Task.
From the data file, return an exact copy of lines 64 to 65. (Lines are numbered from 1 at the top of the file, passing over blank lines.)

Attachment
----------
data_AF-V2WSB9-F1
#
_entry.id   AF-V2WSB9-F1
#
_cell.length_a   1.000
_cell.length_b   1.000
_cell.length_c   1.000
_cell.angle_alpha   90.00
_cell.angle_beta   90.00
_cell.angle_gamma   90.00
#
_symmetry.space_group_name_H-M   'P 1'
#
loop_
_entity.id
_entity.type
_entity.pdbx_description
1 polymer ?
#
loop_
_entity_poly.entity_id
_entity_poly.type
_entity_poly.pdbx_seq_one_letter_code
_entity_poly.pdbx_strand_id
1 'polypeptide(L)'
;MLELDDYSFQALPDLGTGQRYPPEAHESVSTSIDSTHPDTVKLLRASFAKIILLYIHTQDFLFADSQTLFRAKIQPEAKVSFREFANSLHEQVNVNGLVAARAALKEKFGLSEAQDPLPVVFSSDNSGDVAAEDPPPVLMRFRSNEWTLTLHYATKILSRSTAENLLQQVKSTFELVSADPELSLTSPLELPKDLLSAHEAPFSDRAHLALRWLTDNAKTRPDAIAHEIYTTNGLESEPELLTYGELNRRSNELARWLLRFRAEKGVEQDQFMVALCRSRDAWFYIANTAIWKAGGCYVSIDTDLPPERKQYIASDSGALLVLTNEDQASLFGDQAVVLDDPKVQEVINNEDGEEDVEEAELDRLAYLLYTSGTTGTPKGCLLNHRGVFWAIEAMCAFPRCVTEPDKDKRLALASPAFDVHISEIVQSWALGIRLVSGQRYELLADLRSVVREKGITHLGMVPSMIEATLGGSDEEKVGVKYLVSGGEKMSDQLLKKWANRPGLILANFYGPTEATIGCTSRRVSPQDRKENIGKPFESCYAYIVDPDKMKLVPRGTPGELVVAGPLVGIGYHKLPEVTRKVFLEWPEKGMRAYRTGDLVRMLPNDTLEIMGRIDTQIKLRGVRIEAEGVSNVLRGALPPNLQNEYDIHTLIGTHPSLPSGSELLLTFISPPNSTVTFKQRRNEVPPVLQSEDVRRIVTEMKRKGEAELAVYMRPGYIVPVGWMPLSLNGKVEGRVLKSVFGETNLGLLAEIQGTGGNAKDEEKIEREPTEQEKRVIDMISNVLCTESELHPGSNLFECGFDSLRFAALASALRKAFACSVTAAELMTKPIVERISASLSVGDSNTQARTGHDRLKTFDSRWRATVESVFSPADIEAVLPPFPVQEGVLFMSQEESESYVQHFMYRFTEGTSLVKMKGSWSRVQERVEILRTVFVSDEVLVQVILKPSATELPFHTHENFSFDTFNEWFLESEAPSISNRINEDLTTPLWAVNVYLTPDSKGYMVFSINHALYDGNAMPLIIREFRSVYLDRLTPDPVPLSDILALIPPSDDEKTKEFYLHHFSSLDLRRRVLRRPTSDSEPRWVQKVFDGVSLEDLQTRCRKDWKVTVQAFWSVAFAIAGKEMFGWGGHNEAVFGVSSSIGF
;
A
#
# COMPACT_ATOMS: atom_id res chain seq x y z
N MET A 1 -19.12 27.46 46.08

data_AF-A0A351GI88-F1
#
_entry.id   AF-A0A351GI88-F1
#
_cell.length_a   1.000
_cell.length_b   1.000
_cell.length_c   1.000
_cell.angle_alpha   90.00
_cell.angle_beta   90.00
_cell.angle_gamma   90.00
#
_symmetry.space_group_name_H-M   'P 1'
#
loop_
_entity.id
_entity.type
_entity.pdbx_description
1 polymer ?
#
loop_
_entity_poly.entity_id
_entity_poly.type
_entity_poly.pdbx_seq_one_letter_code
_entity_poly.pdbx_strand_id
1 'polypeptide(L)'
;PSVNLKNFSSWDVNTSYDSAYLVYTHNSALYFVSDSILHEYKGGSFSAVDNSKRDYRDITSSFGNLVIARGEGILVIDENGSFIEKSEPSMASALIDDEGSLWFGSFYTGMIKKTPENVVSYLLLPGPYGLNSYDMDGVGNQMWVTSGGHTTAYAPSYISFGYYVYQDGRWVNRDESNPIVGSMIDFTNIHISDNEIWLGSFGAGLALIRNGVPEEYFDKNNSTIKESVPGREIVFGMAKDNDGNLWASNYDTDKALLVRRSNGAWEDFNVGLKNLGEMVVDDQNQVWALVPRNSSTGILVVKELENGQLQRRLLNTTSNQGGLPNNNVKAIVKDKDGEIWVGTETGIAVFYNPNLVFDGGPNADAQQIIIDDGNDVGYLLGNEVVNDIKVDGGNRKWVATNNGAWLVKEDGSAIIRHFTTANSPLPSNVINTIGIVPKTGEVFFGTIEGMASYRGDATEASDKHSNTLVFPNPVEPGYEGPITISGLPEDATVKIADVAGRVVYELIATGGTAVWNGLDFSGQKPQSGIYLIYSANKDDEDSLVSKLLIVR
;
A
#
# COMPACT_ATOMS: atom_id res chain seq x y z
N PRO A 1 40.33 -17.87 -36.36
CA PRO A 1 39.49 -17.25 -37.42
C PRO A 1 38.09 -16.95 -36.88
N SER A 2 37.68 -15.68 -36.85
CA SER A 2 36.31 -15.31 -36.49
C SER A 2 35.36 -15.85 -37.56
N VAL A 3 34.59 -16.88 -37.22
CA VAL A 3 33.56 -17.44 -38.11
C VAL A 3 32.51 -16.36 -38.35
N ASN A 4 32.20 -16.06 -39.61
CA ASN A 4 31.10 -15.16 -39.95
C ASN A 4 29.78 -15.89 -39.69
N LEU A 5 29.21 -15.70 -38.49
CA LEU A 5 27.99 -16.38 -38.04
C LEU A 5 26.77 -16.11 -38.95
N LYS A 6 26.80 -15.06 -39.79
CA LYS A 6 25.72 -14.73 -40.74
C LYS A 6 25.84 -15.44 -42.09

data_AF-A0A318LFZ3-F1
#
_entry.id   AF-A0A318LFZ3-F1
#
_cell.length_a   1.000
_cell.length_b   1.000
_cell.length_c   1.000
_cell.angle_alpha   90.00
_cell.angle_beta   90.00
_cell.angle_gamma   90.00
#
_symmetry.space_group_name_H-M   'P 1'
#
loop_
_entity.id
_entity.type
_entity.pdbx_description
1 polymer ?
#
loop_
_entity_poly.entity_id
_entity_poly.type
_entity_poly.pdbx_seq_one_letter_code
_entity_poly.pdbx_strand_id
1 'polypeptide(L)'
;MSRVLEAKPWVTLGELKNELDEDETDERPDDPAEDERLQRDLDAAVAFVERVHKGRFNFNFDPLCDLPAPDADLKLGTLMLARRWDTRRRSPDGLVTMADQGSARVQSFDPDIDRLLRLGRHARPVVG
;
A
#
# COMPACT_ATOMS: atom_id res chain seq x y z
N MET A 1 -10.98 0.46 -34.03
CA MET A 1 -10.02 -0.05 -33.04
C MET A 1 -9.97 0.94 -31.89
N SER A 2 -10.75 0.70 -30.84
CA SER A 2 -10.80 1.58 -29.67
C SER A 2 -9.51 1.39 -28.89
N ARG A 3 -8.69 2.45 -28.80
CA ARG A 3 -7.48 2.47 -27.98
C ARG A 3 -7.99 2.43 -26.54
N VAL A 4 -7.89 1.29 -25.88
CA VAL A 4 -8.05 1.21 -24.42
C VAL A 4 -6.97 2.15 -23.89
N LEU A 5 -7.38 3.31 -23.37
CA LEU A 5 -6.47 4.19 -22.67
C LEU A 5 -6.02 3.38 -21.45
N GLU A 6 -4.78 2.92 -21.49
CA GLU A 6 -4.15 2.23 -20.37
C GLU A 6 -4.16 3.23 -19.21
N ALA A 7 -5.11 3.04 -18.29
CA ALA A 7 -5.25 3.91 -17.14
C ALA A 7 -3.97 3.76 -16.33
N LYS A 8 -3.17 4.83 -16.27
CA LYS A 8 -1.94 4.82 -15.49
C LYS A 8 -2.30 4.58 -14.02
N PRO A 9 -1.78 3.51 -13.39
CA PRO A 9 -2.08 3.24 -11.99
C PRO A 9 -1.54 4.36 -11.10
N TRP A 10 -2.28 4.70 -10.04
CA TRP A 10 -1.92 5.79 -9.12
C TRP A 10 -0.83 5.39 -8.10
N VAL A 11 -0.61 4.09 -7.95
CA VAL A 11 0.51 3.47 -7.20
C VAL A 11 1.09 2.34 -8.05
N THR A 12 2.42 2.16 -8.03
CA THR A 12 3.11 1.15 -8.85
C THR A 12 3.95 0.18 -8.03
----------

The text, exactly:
C PRO A 1 38.09 -16.95 -36.88
N SER A 2 37.68 -15.68 -36.85